In many divorce cases with children involved, issues where parents were once unified are now in complete disagreement.  This can also be true for the issue of homeschooling.  In families where both parents were on-board with homeschooling their children prior to the divorce, it is not uncommon for one parent to change their mind and want their child in public school after the divorce.  This change of heart can be based on many factors including a parent’s fear of the children spending so much classroom-time with the other parent or simply disagreeing to inflict pain on the other parent.  Hiring an attorney that understands the issues involved when it comes to homeschooling can make all the difference in the children’s future education.

If one parent opposes homeschooling in the divorce, then the parent in favor of homeschooling is going to need to demonstrate that homeschooling is in the best interests of the child.  The most common objections to homeschooling are the lack of socialization of the child and the lack of academic rigor.  Both of these objections can be overcome.  In regard to academic rigor, meticulous records of the curriculum and progress of the child are required.  It will be necessary to demonstrate that not only does the homeschooling curriculum meet all State requirements, but that it surpasses the curriculum of public school.  In regard to the socialization argument, it will be necessary to show that the child is involved in activities with other children outside of the home.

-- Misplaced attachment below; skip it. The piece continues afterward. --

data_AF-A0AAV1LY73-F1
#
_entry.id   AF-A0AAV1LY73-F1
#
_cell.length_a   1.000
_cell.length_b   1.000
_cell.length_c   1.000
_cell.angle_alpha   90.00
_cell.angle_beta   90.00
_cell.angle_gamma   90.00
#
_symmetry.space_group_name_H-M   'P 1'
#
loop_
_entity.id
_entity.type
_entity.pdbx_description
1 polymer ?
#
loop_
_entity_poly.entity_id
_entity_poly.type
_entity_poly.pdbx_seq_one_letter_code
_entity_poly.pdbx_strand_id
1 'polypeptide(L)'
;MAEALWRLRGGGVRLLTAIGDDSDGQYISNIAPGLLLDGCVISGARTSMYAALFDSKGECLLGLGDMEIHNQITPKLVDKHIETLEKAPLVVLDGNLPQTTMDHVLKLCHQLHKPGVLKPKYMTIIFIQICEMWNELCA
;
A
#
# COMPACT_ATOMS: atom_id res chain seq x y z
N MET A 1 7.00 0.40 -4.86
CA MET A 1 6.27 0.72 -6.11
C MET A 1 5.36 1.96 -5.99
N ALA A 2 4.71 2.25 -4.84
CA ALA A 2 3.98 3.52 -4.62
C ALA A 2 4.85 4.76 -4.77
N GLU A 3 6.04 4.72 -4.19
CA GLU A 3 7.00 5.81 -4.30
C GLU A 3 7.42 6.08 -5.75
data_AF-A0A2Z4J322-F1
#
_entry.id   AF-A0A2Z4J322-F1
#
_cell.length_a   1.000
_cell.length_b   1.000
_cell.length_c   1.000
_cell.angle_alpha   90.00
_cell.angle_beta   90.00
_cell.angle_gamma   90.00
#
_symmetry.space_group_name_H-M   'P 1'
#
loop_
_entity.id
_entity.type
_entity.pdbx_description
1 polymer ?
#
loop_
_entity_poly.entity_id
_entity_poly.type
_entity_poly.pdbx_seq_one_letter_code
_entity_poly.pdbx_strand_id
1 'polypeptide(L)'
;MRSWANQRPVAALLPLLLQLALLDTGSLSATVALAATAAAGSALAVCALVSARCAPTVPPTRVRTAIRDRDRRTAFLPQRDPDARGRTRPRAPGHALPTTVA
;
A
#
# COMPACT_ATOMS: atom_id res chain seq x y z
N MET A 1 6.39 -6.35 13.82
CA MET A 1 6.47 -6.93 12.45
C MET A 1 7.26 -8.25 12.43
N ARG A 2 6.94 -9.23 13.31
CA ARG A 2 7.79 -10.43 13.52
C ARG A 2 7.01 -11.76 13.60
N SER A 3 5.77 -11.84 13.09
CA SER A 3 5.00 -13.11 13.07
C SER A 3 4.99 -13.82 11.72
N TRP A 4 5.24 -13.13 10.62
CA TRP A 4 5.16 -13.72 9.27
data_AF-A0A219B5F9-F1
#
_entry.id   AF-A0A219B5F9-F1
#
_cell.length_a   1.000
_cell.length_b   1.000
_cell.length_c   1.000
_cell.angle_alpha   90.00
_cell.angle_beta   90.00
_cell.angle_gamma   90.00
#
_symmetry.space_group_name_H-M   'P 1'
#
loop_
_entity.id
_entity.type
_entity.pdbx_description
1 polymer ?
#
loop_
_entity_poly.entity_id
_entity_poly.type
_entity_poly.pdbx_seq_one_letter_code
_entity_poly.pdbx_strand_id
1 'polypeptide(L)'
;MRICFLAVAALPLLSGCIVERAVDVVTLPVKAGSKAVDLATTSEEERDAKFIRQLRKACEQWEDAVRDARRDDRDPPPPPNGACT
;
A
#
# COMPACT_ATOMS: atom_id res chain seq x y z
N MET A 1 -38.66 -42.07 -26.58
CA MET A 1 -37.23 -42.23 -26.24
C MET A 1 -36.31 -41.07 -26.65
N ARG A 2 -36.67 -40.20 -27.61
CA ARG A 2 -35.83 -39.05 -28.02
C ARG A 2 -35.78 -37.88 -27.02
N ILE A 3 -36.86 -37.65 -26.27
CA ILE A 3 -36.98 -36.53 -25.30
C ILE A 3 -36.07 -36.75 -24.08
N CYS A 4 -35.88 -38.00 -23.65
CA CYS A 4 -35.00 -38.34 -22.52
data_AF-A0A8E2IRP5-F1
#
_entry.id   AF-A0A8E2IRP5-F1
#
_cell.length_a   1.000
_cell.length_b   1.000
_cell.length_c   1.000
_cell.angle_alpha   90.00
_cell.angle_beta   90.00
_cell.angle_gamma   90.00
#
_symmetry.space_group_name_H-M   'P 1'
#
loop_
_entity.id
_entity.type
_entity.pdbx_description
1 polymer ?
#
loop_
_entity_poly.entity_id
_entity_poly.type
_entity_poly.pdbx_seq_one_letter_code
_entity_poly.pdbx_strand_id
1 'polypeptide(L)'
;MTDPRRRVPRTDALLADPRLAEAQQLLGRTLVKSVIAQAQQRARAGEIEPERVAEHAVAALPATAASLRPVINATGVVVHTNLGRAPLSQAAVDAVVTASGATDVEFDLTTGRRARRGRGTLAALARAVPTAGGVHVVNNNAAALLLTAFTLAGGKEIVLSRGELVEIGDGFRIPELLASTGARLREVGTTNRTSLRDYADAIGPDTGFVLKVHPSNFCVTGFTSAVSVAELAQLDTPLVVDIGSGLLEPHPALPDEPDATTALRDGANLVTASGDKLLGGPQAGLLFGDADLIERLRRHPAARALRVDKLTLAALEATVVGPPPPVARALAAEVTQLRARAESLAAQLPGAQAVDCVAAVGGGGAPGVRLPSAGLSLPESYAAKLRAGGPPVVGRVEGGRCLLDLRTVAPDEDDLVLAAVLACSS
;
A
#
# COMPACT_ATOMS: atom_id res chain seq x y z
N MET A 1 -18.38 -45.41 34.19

It is completely possible to continue homeschooling after a divorce, however, hiring an attorney that understands what it takes to get the court on your side is absolutely essential.  If you are located in Palm Beach County or Broward County, call us today at (561) 210-8510 to further discuss your situation.

The Florida legislature has been working on alimony reform for the last couple of years with an alimony reform bill in 2013 that was vetoed by Governor Scott. After the 2013 veto, the Legislature went back to the drawing board and passed another reform bill this year. Even after the Legislature responded to Governor Scott’s criticism from the 2013 veto and made changes to the bill, the Governor again vetoed the 2016 bill. Information regarding the bill can be found here.

Currently, alimony is subject to quite a bit of judicial discretion which creates a lack of certainty and increases the costs of litigating the issue. The bill would have removed most of the uncertainty by creating a formula based on income levels and the length of the marriage. While alimony will most likely be reformed in Florida at some point, it is looking highly unlikely that it will happen on Governor Scott’s watch.

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